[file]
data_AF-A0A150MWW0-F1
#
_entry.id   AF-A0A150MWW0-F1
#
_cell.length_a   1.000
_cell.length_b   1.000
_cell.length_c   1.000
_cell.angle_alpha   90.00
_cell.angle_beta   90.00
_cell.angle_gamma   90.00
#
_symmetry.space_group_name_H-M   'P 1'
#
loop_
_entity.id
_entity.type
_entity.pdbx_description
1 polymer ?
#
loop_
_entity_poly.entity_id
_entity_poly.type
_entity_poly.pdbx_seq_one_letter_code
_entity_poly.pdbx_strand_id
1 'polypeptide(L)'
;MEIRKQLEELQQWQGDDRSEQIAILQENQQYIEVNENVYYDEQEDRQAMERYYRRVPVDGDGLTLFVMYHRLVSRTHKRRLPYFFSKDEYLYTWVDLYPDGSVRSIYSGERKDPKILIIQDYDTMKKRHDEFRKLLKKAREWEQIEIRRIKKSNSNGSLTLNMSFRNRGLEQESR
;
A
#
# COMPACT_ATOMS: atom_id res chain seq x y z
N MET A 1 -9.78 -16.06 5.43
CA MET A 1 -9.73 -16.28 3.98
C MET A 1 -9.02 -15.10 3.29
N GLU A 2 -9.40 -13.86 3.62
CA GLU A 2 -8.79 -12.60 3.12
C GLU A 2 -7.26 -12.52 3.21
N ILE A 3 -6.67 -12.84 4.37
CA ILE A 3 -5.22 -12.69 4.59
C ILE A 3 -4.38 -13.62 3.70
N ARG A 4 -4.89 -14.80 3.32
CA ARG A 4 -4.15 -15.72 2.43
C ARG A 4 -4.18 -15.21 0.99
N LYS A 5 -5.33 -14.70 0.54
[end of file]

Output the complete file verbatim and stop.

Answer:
data_AF-A0A150MWW0-F1
#
_entry.id   AF-A0A150MWW0-F1
#
_cell.length_a   1.000
_cell.length_b   1.000
_cell.length_c   1.000
_cell.angle_alpha   90.00
_cell.angle_beta   90.00
_cell.angle_gamma   90.00
#
_symmetry.space_group_name_H-M   'P 1'
#
loop_
_entity.id
_entity.type
_entity.pdbx_description
1 polymer ?
#
loop_
_entity_poly.entity_id
_entity_poly.type
_entity_poly.pdbx_seq_one_letter_code
_entity_poly.pdbx_strand_id
1 'polypeptide(L)'
;MEIRKQLEELQQWQGDDRSEQIAILQENQQYIEVNENVYYDEQEDRQAMERYYRRVPVDGDGLTLFVMYHRLVSRTHKRRLPYFFSKDEYLYTWVDLYPDGSVRSIYSGERKDPKILIIQDYDTMKKRHDEFRKLLKKAREWEQIEIRRIKKSNSNGSLTLNMSFRNRGLEQESR
;
A
#
# COMPACT_ATOMS: atom_id res chain seq x y z
N MET A 1 -9.78 -16.06 5.43
CA MET A 1 -9.73 -16.28 3.98
C MET A 1 -9.02 -15.10 3.29
N GLU A 2 -9.40 -13.86 3.62
CA GLU A 2 -8.79 -12.60 3.12
C GLU A 2 -7.26 -12.52 3.21
N ILE A 3 -6.67 -12.84 4.37
CA ILE A 3 -5.22 -12.69 4.59
C ILE A 3 -4.38 -13.62 3.70
N ARG A 4 -4.89 -14.80 3.32
CA ARG A 4 -4.15 -15.72 2.43
C ARG A 4 -4.18 -15.21 0.99
N LYS A 5 -5.33 -14.70 0.54